The enigma that does not solve. The conundrum that even the geeks at Havard University would not be able to cipher. The hardest problem to calculate: Fernando Torres. The man capped 121 times for Spain at all levels. The man who scored just under a goal every 2 games at Atletico Madrid. The man who scored 65 times in little over 100 appearances for Liverpool, is the same man who has only given Chelsea 3 measly league goals in return for nearly 30 matches, a £50m transfer fee, and £180,000 weekly wages.
Hard to comprehend is how in one bold move, the feared striker, once described as “quick, strong and blessed with expert technique”, is no more. Not even a shadow of the former man who scored the winner for Spain at Euro 2008. It speaks volumes that a goalkeeper in Tim Howard has scored more goals than Torres in this calendar year. The demise of Fernando Torres has been abrupt, and the complete obliteration of his confidence fulminant.
The puzzle with Fernando Torres was once simple. Now, it is a parasite, spreading perilously. Gold dust does not leave you. The quality remains. Just ask The King Thierry Henry. 34 years old and rolling back the years for a game-changing goal. Fernando Torres’ quality is there, but hidden with increasingly barren matches. His slow start under Carlo Ancelotti can be put down to a lack of time to acclimatise to the situation. The partnership he shared with Steven Gerrard just behind him at Liverpool was not mirrored down south. Even with familiar recruits, former team-mate Raul Meireles is played too deep, if at all, and his compatriot Juan Mata is squandered on the wing. No catalyst is there to reignite Torres, and salvage his career. That was the simple problem. Practical problems: not the right players around him, wrong formations.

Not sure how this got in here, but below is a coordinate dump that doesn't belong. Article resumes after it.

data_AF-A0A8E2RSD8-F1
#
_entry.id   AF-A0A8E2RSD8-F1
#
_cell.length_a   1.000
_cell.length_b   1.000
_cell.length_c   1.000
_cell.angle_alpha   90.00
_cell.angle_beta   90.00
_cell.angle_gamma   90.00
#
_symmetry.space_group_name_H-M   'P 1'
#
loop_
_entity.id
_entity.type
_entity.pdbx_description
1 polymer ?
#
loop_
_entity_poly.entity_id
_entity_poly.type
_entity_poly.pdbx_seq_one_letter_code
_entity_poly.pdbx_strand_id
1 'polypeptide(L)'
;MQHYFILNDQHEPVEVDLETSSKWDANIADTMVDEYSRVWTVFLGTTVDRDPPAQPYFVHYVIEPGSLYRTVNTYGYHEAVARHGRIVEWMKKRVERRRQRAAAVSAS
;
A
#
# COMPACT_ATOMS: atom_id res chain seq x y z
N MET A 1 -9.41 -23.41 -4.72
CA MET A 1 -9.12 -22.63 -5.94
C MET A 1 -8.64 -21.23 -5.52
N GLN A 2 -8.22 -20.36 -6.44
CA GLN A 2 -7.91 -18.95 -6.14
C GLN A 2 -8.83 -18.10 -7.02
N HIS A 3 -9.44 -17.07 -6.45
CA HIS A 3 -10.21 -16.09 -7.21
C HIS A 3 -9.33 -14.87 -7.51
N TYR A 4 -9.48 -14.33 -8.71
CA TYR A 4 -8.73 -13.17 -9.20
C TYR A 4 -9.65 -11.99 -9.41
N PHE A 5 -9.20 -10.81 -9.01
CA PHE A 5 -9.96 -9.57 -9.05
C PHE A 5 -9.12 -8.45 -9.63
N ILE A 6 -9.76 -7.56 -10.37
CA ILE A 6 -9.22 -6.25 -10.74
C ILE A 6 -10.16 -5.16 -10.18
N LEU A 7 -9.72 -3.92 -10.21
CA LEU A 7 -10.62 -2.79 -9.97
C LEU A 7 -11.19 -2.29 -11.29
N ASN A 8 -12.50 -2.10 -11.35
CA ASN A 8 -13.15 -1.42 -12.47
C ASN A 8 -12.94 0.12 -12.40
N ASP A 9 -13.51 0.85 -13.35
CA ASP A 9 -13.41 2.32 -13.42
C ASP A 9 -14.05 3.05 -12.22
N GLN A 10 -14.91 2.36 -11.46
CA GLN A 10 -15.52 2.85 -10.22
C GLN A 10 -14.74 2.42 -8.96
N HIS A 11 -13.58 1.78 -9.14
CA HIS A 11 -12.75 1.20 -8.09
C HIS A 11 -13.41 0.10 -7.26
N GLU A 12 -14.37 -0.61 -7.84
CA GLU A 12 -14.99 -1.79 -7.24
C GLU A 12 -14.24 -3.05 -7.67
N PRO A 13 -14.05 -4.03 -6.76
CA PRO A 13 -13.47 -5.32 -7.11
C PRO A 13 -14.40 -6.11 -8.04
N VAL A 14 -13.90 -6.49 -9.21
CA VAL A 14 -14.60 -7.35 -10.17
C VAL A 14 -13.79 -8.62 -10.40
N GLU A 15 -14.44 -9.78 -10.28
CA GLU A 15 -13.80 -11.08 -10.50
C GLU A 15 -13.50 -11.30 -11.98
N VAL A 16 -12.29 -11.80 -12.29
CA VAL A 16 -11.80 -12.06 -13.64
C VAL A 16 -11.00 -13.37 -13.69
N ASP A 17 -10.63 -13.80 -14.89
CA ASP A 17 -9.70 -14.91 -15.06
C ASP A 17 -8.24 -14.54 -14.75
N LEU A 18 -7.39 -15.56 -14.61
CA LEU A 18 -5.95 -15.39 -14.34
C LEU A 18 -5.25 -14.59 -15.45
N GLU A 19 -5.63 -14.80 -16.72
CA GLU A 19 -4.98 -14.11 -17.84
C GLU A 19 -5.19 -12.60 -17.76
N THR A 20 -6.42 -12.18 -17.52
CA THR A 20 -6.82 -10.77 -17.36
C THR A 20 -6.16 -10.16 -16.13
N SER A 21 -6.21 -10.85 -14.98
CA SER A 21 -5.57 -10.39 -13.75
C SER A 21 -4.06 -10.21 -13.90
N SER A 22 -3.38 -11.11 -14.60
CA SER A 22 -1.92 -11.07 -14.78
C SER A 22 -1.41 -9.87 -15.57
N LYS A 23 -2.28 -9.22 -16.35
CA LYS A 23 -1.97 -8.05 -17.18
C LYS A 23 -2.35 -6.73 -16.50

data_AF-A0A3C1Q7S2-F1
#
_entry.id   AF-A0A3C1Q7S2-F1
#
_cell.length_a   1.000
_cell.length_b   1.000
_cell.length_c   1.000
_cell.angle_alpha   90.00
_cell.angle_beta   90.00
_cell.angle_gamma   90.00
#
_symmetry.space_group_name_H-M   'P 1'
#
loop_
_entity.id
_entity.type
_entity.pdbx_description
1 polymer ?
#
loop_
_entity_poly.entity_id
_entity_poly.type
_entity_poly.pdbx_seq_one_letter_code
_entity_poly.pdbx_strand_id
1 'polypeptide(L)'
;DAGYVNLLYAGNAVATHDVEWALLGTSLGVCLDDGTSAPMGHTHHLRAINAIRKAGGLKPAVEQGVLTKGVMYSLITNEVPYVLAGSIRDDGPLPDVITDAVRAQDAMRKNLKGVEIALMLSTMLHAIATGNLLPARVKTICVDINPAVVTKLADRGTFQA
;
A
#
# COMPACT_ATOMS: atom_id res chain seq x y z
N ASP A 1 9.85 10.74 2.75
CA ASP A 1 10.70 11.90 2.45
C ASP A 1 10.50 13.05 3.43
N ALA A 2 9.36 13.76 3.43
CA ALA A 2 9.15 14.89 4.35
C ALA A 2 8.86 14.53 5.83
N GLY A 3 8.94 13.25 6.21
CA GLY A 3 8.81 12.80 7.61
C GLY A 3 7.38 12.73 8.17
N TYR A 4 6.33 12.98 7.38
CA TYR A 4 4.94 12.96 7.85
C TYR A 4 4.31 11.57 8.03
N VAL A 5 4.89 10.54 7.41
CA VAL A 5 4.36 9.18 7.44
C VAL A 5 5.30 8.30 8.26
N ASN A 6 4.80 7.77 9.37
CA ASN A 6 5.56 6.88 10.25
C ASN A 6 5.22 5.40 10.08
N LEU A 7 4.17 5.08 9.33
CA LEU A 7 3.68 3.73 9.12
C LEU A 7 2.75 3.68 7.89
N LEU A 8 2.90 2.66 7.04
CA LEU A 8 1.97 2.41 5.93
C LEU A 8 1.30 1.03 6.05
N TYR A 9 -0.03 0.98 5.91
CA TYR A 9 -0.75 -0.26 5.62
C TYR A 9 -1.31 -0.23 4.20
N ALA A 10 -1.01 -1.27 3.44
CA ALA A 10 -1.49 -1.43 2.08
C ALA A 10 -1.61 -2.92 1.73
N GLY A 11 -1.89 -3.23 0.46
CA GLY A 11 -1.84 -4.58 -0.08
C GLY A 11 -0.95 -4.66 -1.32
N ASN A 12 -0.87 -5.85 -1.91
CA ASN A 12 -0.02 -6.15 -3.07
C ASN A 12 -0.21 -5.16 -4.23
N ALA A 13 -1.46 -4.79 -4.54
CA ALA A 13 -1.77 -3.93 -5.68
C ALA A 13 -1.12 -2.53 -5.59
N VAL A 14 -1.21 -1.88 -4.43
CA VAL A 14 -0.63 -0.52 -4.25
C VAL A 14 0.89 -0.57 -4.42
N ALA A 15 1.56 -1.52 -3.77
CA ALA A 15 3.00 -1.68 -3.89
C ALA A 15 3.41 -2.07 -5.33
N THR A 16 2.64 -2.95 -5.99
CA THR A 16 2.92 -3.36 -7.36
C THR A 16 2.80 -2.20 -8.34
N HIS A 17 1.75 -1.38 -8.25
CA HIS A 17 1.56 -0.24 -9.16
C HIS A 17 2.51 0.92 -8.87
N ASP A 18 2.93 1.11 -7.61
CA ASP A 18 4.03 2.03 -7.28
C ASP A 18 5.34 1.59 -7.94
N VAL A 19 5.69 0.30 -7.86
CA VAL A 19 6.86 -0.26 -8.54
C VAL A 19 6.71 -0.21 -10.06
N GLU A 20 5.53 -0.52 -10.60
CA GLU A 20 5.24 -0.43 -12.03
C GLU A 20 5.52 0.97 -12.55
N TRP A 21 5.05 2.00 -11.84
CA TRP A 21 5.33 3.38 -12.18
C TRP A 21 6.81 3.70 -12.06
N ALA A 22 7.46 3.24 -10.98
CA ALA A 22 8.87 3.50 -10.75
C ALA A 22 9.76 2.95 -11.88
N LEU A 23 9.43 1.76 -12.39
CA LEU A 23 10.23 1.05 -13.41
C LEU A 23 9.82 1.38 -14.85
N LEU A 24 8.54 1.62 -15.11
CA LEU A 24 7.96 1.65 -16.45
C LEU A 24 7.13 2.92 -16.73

But half a season into the new year, Torres has failed to turn over a new leaf. The striker is mystifyingly still not scoring anywhere near his prolific rate of before. The root problem to the 27-year-old is not clear-cut. But the man does not seem to trust himself with the ball. Shattered confidence will have played its part. Media attention will have only hindered him more. The lack of belief from footballers past and present about him getting back to his fearsome days is there to be seen in numbers. Confidence is gone, wiped clear, totally.
There are no problems with Torres physically. The naive can say he has still not got over the knee surgery he had two years ago. The naive can back him up all he likes. The realistic will see the truth. The realistic knows Torres will come good. But the realistic also knows that what is holding Torres back is himself. He goes out onto that pitch. Whatever psychology he has, he brings onto the turf and he carries with him through the 90 minutes. At the moment, that mentality is enervated.
The Spaniard has a good three weeks of matches to play, before the return of The Drog. Torres needs a word with himself. He needs no other person to give him the kick up the backside. The man knows himself he is fighting for his place in the Spain set-up. It is down to him to turn it around. Have a pep-talk with his wife, his kids, his closest allies. Cry for help. Get it out of your system. Do whatever. But it is down to he himself to turn it around. Lambast AVB for not making him come good all you like. The root cause is more obscured. It is in his brain.
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